Stomata in Mexican Oaks (Quercus: Fagaceae)


Foliar Micromorphology of Mexican Oaks (Quercus: Fagaceae)

by Scareli-Santos C., Sanchez-Mondragon M. L., Gonzalez-Rodriguez A., Oyama K. (2013)

Claudia Scareli-Santos, Universidad Nacional Autónoma de México

María l. Sánchez-Mondragón, Instituto Tecnológico de Morelia, Mexico

Antonio González-Rodríguez, Universidad Nacional Autónoma de México

Ken Oyama, Universidad Nacional Autónoma de México


1Universidad Nacional Autónoma de México, Centro de Investigaciones en Ecosistemas, Antigua Carretera a Pátzcuaro Núm. 8701, Colonia Ex-Hacienda de San José de la Huerta, 58190 Morelia, Michoacán, México. (Scareli-Santos C. and Gonzalez-Rodriguez A.)

2Instituto Tecnológico de Morelia, Avenida Morelos Norte Núm. 1500, Colonia Santiaguito, 58110 Morelia, Michoacán, México. (Sanchez-Mondragon M. L.)

3Universidad Nacional Autónoma de México, Escuela Nacional de Estudios Superiores Morelia, Antigua Carretera a Pátzcuaro Núm. 8701, Col. Ex-Hacienda de San José de la Huerta, 58190 Morelia, Michoacán, México. (Oyama K.)



in  Acta Botanica Mexicana 104: 31-52


Mexico is the main center of diversity of the genus Quercus in the Western Hemisphere. Despite recent advances in the knowledge of Mexican oaks, a degree of taxonomic confusion still remains, mainly within particular species complexes.

In this study, scanning electron microscopy was used to describe micromorphological foliar structures (trichomes, epicuticular waxes and stomata) from the abaxial and adaxial leaf surfaces of Mexican oak species, with the main goal of assessing the taxonomical utility of these characters.

In total, 27 species belonging to sections Quercus (white oaks) and Lobatae (red/black oaks) were examined, particularly focusing on several groups of closely related species with problematic taxonomic delimitation and on species that are known to hybridize.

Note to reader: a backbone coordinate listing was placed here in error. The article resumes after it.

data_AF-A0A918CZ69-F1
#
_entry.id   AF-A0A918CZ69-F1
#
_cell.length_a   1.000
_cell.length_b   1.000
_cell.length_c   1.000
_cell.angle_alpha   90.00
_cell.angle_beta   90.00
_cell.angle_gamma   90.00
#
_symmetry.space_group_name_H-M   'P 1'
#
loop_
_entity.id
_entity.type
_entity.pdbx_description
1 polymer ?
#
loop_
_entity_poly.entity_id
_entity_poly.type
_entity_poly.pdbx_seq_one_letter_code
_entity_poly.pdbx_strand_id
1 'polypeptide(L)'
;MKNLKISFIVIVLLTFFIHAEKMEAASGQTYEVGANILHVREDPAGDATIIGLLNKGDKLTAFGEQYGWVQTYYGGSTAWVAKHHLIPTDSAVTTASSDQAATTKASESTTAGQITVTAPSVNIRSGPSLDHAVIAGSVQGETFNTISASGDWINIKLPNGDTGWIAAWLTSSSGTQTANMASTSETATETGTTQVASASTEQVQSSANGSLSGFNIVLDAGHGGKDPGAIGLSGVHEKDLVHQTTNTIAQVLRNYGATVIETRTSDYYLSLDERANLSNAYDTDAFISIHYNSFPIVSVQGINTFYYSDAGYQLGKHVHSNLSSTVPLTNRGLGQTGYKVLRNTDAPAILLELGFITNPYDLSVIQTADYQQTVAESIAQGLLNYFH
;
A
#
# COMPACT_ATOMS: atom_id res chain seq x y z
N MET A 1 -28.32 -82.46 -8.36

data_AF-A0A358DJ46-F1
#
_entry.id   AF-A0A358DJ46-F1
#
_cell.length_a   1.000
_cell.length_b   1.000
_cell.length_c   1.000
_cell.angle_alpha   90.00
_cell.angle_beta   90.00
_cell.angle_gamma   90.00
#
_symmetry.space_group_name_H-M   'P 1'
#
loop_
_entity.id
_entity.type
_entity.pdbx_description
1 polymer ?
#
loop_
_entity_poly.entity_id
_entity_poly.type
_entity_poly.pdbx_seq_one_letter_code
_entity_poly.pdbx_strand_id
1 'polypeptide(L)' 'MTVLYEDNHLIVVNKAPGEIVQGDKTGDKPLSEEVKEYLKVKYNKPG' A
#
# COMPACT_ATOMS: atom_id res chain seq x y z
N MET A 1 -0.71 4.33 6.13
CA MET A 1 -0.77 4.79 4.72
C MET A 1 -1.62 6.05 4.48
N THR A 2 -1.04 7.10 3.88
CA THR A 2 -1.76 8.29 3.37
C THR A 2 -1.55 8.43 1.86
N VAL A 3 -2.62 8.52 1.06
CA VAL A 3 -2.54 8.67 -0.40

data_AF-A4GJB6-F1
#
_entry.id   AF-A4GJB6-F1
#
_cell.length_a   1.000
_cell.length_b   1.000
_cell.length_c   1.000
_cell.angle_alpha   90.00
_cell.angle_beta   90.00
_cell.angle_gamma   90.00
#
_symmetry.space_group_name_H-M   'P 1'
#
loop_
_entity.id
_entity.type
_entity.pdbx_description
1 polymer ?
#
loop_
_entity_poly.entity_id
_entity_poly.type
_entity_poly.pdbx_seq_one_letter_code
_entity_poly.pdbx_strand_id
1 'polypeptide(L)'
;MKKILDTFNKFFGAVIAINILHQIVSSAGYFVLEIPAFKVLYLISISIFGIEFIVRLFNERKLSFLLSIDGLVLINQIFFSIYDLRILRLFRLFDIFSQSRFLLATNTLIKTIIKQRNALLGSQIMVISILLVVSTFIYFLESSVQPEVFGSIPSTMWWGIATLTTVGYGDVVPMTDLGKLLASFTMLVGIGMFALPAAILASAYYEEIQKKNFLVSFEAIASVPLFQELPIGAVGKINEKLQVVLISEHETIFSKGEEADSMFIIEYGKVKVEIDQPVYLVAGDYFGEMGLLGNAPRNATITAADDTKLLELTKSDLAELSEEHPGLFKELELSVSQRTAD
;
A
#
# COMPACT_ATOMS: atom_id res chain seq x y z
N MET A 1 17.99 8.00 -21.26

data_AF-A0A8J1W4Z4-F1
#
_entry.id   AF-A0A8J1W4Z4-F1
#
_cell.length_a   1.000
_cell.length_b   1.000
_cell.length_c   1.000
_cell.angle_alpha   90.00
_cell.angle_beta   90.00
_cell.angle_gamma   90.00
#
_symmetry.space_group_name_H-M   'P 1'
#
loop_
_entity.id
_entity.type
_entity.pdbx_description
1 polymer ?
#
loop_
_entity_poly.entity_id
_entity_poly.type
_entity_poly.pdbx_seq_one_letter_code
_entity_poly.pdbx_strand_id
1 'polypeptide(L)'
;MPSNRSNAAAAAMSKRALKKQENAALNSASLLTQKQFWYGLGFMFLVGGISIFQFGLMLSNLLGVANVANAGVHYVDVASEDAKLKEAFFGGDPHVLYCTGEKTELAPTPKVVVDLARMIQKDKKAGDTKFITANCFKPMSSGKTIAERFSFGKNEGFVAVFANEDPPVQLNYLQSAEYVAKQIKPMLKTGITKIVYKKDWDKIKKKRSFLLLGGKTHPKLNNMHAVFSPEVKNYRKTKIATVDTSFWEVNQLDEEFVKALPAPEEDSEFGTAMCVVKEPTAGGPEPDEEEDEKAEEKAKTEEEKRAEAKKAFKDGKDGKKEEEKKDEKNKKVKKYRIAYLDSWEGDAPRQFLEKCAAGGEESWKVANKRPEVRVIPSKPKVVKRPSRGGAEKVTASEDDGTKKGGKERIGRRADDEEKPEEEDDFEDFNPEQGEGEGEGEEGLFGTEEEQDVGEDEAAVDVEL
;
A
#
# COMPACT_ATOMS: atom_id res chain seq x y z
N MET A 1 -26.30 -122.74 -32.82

Several trichome types were observed, including both glandular (simple and bulbous) and eglandular (solitary, multiradiate, stellate, fused stellate and fasciculate stipitate).

Epicuticular waxes were structured as lms, grooved lms, crusts, granules, platelets and platelets arranged in rosettes.

Stomata were elliptical and raised above or leveled with the foliar surface.

Among the three types of structures examined, trichomes appeared to be the most useful for taxonomical purposes, followed by epicuticular waxes.

All species had different combinations of character states for these micromorphological structures, which permitted the elaboration of keys to identify species within the problematic groups.

Figs. 9-16. (S = stomata, ST = simple trichomes, SteT = stellate trichomes, WC = epicuticular wax crust, WF = epicuticular wax lm, WG = epicuticular wax granules, WP = epicuticular wax platelets). Figs. 9, 10. Quercus resinosa Liebm. (abaxial and adaxial surface respectively). Fig. 11. Quercus acutifolia Née (abaxial surface). Fig. 12. Quercus af nis Scheidw. (abaxial surface). Fig. 13. Quercus coccolobifolia Trel. (abaxial surface). Fig. 14. Quercus conzattii Trel. (abaxial surface). Figs. 15, 16. Quercus crassipes Humb. et Bonpl. (abaxial and adaxial surface, respectively).



Published by

Willem Van Cotthem

Honorary Professor of Botany, University of Ghent (Belgium). Scientific Consultant for Desertification and Sustainable Development.

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